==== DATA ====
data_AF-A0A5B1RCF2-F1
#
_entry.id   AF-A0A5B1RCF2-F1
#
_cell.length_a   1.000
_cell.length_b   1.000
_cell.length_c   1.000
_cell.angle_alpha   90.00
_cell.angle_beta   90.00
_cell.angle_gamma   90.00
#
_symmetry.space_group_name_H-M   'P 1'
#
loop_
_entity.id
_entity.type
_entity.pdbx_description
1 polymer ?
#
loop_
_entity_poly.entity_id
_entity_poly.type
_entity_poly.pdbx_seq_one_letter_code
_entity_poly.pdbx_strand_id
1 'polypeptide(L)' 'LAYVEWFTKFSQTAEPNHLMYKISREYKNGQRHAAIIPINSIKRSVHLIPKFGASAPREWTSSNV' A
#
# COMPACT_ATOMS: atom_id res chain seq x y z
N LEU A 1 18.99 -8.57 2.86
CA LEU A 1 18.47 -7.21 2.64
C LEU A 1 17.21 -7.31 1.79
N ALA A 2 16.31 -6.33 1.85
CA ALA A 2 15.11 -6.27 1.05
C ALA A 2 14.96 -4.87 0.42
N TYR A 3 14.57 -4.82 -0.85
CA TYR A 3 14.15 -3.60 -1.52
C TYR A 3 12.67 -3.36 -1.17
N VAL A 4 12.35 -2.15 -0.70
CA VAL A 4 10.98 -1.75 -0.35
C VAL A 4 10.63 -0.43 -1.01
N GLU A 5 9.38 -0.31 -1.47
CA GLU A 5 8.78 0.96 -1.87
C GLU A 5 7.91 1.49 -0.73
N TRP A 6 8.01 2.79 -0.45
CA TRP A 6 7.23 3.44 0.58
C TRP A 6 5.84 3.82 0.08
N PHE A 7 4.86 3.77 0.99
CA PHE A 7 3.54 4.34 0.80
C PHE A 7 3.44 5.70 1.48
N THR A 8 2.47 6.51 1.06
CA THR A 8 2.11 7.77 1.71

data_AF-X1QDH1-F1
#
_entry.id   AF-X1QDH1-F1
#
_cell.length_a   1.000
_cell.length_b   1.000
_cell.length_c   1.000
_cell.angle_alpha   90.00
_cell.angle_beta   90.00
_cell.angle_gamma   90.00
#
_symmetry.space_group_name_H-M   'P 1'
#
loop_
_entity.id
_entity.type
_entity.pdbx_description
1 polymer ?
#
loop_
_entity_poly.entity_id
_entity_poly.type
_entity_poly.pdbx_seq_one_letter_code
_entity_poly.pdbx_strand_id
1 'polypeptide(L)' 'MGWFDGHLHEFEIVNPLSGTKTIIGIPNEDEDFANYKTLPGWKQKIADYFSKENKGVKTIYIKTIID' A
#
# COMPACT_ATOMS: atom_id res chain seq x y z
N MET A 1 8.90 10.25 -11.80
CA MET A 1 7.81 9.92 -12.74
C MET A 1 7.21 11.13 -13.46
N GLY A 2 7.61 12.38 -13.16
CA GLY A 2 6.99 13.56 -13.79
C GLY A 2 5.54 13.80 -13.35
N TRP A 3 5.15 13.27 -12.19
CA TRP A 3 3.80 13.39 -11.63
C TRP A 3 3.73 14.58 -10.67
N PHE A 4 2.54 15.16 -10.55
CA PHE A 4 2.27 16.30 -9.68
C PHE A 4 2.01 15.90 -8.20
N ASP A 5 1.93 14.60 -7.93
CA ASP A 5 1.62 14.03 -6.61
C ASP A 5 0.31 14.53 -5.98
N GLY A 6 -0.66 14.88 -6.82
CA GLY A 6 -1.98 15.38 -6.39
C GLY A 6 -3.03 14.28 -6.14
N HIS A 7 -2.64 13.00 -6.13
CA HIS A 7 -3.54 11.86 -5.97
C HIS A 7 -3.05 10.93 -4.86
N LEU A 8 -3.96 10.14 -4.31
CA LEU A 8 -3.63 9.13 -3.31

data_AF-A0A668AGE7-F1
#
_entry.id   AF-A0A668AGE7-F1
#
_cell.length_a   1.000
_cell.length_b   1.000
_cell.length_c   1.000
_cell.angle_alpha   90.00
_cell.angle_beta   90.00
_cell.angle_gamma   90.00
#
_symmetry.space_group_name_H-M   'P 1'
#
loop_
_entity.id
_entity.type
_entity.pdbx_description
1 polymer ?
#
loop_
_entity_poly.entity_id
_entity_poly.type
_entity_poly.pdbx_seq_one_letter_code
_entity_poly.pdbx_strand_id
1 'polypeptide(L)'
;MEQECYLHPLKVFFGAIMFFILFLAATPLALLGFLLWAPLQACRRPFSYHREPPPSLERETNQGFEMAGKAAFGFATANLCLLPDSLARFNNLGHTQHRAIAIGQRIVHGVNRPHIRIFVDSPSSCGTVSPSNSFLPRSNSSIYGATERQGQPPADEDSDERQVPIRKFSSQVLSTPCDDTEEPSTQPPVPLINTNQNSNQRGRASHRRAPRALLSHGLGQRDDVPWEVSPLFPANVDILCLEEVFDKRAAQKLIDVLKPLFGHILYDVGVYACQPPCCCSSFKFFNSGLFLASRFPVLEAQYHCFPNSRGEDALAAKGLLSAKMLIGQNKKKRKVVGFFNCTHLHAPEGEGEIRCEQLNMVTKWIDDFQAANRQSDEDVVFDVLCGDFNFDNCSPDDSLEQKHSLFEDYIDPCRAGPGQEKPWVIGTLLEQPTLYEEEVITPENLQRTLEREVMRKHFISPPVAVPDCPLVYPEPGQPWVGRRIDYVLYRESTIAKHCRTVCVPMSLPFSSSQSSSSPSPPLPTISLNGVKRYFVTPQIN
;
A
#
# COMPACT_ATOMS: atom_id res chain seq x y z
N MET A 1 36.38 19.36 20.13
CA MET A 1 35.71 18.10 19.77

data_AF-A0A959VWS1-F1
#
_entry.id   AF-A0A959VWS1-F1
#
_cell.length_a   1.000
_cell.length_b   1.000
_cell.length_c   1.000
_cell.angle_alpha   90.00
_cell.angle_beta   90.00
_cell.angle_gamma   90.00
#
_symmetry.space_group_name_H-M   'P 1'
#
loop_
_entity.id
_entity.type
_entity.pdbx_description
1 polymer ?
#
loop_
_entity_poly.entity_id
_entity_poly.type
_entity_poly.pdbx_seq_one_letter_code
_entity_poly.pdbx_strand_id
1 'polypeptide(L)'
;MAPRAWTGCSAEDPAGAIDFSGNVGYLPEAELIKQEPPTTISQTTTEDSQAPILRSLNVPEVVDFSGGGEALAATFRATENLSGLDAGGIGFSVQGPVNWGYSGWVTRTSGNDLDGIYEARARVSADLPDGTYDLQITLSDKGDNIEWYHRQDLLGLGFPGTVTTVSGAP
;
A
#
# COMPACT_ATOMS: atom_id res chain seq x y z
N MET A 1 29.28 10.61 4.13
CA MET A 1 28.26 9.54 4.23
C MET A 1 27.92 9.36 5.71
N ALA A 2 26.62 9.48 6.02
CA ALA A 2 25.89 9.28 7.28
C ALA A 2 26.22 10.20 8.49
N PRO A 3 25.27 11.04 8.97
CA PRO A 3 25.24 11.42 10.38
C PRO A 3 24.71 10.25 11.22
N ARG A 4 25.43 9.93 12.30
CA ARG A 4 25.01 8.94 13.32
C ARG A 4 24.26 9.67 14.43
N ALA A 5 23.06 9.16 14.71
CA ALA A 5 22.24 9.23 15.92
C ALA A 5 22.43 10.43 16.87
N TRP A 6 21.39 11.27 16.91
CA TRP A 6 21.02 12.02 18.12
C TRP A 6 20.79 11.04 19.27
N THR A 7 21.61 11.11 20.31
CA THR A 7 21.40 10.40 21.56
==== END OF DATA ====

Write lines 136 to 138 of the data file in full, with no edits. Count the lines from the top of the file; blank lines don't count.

#
_cell.length_a   1.000
_cell.length_b   1.000